Although openly gay, Tam despised the overtly flamboyant attitude that the younger Callender kid had adopted.  Martin Luther was constantly parading himself around, flirting with anything carrying a Y chromosome, and generally making himself out to be an idiot — thus, by default, making even the most respectable homosexual Sim look ridiculous.  Tam might have been able to deal with Martin Luther’s behavior without taking any action stronger than verbal cauterization, had Martin Luther not chosen Tam to bestow his affections upon at any point.  Unfortunately, it was only a matter of time before Martin Luther decided to try his luck with his charismatic younger classmate.  He met Tam in the park one afternoon and couldn’t resist regaling him with yet another of his confounding conspiracy theories shortly after blatantly hitting on him.  Tam was incensed.  How dare this little twerp actually believe that he was worthy of even speaking to him, Tam Butterfield, out in public where anyone could see them, let alone make any conversation on an intimate level??  Tam narrowed his cold eyes into slits as he regarded Martin Luther.

“You ridiculously impertinent little earwig,” he growled.  “Scrape your foul excuse for human existence out of my sight at once before I lose my temper and do something I will truly regret…like befoul myself by pushing my fist into your flabby, underdeveloped gut.”  Martin Luther gazed uncomprehending at Tam, a mixture of adoration, confusion, and fear muddying his features.  While he wasn’t entirely certain what it was that Tam was threatening him with — or why — he understood that Tam was upset about something, possibly something Martin Luther had done.  Could Marie have gotten to Tam?  Martin Luther had begun to deduce that The Doll was somehow getting to all of the other teens, one by one, and turning them all against him.  He had thought that Tam was beyond Marie’s insinuations, but clearly, he, too, despised Martin Luther.  Marie was winning…Martin Luther would be completely isolated all too soon.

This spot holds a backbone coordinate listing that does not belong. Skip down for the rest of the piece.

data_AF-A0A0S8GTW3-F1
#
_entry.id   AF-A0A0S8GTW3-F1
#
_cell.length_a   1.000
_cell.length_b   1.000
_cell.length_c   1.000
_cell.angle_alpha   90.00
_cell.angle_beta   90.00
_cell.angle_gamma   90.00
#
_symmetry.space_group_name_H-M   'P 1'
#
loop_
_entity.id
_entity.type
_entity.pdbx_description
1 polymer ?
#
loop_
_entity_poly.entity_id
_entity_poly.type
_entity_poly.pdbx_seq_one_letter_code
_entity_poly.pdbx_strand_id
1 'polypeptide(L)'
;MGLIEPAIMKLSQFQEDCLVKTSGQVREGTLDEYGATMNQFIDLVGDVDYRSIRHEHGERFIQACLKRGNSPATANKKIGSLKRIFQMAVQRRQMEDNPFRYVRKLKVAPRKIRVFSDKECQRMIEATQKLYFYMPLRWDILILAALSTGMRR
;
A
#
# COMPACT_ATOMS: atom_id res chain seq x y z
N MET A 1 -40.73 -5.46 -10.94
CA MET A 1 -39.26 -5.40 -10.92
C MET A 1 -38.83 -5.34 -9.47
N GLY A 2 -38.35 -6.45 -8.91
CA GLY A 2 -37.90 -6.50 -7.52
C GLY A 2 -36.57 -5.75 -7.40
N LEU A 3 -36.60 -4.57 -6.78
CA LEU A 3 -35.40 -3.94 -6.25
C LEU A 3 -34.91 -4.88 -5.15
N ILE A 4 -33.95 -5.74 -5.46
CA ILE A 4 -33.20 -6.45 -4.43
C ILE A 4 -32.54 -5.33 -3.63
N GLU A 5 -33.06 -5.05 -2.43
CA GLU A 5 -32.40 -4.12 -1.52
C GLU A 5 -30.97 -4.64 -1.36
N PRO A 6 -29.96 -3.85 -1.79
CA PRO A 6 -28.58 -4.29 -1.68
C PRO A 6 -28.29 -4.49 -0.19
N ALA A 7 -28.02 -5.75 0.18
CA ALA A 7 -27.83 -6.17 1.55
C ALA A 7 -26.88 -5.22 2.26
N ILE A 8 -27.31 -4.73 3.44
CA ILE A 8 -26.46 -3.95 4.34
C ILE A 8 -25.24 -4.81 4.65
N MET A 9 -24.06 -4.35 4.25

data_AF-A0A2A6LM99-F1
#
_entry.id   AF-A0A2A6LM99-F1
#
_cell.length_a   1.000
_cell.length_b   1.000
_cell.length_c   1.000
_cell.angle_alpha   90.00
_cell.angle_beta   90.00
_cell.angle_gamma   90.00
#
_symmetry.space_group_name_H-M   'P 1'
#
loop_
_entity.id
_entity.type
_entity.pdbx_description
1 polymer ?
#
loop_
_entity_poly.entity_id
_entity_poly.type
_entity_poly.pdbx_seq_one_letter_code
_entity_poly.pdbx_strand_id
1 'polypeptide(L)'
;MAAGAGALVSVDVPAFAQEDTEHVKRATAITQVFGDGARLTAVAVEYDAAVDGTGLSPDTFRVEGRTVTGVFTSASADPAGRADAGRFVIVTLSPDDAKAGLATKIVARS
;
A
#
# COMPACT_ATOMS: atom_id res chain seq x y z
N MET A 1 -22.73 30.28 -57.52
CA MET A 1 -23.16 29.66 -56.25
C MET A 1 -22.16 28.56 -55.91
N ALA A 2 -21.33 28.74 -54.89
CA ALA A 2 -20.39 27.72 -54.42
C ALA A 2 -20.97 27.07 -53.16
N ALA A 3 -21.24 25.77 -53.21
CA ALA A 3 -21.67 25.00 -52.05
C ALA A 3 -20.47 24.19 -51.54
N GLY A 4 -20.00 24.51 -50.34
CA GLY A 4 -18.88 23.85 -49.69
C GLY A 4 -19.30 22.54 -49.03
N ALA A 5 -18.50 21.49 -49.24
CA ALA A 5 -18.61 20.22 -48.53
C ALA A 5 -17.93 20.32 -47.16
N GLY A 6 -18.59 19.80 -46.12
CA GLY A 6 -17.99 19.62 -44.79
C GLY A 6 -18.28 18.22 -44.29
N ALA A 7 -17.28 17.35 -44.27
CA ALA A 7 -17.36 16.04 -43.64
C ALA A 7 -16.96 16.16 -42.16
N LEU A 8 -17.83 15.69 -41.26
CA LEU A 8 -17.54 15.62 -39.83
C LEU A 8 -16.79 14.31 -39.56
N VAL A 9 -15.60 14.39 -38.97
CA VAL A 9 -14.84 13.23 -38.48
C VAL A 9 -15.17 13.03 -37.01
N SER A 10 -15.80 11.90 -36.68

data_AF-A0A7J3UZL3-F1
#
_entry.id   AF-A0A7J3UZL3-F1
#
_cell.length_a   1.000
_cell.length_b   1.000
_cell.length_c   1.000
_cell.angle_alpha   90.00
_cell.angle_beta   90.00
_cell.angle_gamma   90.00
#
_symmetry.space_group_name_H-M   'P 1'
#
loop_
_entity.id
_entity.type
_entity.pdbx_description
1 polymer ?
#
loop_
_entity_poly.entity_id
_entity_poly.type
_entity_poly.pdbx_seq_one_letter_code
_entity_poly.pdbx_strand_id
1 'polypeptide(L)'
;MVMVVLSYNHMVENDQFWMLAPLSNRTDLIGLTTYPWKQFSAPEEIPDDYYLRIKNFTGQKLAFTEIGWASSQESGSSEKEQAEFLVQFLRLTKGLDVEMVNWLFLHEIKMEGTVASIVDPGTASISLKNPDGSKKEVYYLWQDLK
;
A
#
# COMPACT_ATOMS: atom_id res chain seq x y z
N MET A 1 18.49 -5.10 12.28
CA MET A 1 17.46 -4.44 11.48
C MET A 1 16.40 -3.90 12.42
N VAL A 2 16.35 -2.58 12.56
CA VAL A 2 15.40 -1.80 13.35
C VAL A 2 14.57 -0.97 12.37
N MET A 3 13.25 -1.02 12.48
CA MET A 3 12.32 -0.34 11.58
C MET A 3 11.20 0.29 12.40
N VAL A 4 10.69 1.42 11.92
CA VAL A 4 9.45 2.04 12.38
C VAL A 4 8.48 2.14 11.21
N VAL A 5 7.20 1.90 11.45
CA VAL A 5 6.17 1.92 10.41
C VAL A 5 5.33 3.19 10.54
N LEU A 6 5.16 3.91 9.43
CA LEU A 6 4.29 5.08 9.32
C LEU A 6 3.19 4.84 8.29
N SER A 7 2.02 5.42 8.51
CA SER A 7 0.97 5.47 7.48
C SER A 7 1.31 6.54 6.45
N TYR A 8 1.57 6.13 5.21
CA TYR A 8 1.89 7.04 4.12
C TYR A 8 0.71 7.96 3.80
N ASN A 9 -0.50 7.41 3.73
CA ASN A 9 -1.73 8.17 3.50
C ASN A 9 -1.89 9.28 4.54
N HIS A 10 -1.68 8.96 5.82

“I see that the stuffing has made it to your brains as well,” Martin Luther remarked sadly to Tam before slowly heading back home.  Tam merely scowled, but, deep in the recesses of his dark mind, he had already begun to concoct a plan that would put the brazen twit in his place…all he needed was a large doll, perhaps some llama blood, and the help of those couthless ruffians that were led by Cameron Richards-Calvert…

2.7 Keep Me in Mind

In spite of the near catastrophe that had befallen, Martin Luther’s birthday went off without a hitch, as soon as his new, uncharred cake arrived.  January and Connor dutifully clapped and cheered their son on before wandering off to pursue their own interests.  February observed her parents sadly, but Martin Luther seemed unaffected by their apparent indifference, choosing instead to race down to the park for a rare moment of human interaction.


As the kids grew older, January and Connor had less and less to do with their children.  In spite of any worry either of them might have felt at the total preoccupation Martin Luther had seemed to have with Marie, both parents completely ignored the sudden string of kids he began bringing over once he started high school.  February, on the other hand, noticed her younger brother’s friends; in particular, she noticed a boy with violently red hair and sharp, angular features.  Although most of the other teenagers cruelly referred to Hector Cusack-Little as “Ronald McPlumbob,” the somewhat garish mascot for a popular chain of restaurants that sold cheap llama burgers, February found the boy to be unusually intuitive and sensitive.  She caught herself thinking of him often, but, as he was merely a freshman while she was a freshly minted graduate, she knew it was best to keep their relationship platonic.